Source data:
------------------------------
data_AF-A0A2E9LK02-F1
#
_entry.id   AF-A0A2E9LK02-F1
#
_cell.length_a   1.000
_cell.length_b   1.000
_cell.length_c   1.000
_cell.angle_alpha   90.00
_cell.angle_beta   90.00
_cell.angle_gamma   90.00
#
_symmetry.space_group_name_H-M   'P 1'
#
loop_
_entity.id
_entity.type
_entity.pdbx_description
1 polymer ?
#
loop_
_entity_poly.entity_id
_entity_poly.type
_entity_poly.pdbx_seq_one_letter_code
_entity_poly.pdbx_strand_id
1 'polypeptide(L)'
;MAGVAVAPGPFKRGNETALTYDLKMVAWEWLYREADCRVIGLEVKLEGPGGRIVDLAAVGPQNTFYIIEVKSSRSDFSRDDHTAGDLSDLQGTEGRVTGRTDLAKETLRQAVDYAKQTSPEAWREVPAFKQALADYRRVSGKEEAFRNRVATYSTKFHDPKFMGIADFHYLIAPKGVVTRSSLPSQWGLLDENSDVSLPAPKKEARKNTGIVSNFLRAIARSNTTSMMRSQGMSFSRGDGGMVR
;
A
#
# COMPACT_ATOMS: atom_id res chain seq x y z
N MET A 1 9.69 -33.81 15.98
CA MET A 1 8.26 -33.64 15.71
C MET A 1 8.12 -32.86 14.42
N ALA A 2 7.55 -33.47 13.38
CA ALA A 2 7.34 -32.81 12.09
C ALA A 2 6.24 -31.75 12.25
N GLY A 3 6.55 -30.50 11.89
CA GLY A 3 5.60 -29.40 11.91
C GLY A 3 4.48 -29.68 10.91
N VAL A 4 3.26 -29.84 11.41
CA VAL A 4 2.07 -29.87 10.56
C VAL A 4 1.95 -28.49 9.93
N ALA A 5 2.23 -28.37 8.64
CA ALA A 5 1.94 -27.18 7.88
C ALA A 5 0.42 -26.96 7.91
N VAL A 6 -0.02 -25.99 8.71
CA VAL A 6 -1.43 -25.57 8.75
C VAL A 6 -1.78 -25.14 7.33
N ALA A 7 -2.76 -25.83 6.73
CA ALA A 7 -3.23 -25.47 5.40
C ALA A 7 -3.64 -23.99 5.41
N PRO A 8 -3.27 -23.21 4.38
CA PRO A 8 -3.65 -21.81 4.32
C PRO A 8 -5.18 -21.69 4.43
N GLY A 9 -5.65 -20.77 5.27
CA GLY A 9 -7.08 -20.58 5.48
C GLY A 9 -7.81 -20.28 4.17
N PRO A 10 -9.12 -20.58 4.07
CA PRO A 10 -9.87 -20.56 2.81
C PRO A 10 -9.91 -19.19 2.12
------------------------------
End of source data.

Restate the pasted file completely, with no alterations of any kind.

data_AF-A0A2E9LK02-F1
#
_entry.id   AF-A0A2E9LK02-F1
#
_cell.length_a   1.000
_cell.length_b   1.000
_cell.length_c   1.000
_cell.angle_alpha   90.00
_cell.angle_beta   90.00
_cell.angle_gamma   90.00
#
_symmetry.space_group_name_H-M   'P 1'
#
loop_
_entity.id
_entity.type
_entity.pdbx_description
1 polymer ?
#
loop_
_entity_poly.entity_id
_entity_poly.type
_entity_poly.pdbx_seq_one_letter_code
_entity_poly.pdbx_strand_id
1 'polypeptide(L)'
;MAGVAVAPGPFKRGNETALTYDLKMVAWEWLYREADCRVIGLEVKLEGPGGRIVDLAAVGPQNTFYIIEVKSSRSDFSRDDHTAGDLSDLQGTEGRVTGRTDLAKETLRQAVDYAKQTSPEAWREVPAFKQALADYRRVSGKEEAFRNRVATYSTKFHDPKFMGIADFHYLIAPKGVVTRSSLPSQWGLLDENSDVSLPAPKKEARKNTGIVSNFLRAIARSNTTSMMRSQGMSFSRGDGGMVR
;
A
#
# COMPACT_ATOMS: atom_id res chain seq x y z
N MET A 1 9.69 -33.81 15.98
CA MET A 1 8.26 -33.64 15.71
C MET A 1 8.12 -32.86 14.42
N ALA A 2 7.55 -33.47 13.38
CA ALA A 2 7.34 -32.81 12.09
C ALA A 2 6.24 -31.75 12.25
N GLY A 3 6.55 -30.50 11.89
CA GLY A 3 5.60 -29.40 11.91
C GLY A 3 4.48 -29.68 10.91
N VAL A 4 3.26 -29.84 11.41
CA VAL A 4 2.07 -29.87 10.56
C VAL A 4 1.95 -28.49 9.93
N ALA A 5 2.23 -28.37 8.64
CA ALA A 5 1.94 -27.18 7.88
C ALA A 5 0.42 -26.96 7.91
N VAL A 6 -0.02 -25.99 8.71
CA VAL A 6 -1.43 -25.57 8.75
C VAL A 6 -1.78 -25.14 7.33
N ALA A 7 -2.76 -25.83 6.73
CA ALA A 7 -3.23 -25.47 5.40
C ALA A 7 -3.64 -23.99 5.41
N PRO A 8 -3.27 -23.21 4.38
CA PRO A 8 -3.65 -21.81 4.32
C PRO A 8 -5.18 -21.69 4.43
N GLY A 9 -5.65 -20.77 5.27
CA GLY A 9 -7.08 -20.58 5.48
C GLY A 9 -7.81 -20.28 4.17
N PRO A 10 -9.12 -20.58 4.07
CA PRO A 10 -9.87 -20.56 2.81
C PRO A 10 -9.91 -19.19 2.12